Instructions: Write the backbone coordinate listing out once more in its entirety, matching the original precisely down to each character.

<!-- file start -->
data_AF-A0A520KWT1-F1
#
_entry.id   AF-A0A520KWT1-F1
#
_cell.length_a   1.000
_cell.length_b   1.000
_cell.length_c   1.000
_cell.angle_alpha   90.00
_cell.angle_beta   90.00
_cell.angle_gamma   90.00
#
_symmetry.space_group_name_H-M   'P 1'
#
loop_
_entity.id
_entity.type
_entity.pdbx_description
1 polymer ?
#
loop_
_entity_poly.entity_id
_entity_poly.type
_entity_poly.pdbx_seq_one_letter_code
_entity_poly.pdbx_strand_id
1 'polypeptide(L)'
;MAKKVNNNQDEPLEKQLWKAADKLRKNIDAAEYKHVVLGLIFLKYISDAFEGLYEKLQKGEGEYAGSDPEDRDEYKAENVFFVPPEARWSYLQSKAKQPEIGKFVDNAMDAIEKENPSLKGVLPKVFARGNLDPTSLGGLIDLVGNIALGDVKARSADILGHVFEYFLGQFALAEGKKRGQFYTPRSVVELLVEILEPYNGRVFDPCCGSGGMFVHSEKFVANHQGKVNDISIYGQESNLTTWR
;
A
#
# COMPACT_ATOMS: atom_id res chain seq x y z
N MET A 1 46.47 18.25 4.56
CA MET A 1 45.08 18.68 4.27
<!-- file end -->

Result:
data_AF-A0A520KWT1-F1
#
_entry.id   AF-A0A520KWT1-F1
#
_cell.length_a   1.000
_cell.length_b   1.000
_cell.length_c   1.000
_cell.angle_alpha   90.00
_cell.angle_beta   90.00
_cell.angle_gamma   90.00
#
_symmetry.space_group_name_H-M   'P 1'
#
loop_
_entity.id
_entity.type
_entity.pdbx_description
1 polymer ?
#
loop_
_entity_poly.entity_id
_entity_poly.type
_entity_poly.pdbx_seq_one_letter_code
_entity_poly.pdbx_strand_id
1 'polypeptide(L)'
;MAKKVNNNQDEPLEKQLWKAADKLRKNIDAAEYKHVVLGLIFLKYISDAFEGLYEKLQKGEGEYAGSDPEDRDEYKAENVFFVPPEARWSYLQSKAKQPEIGKFVDNAMDAIEKENPSLKGVLPKVFARGNLDPTSLGGLIDLVGNIALGDVKARSADILGHVFEYFLGQFALAEGKKRGQFYTPRSVVELLVEILEPYNGRVFDPCCGSGGMFVHSEKFVANHQGKVNDISIYGQESNLTTWR
;
A
#
# COMPACT_ATOMS: atom_id res chain seq x y z
N MET A 1 46.47 18.25 4.56
CA MET A 1 45.08 18.68 4.27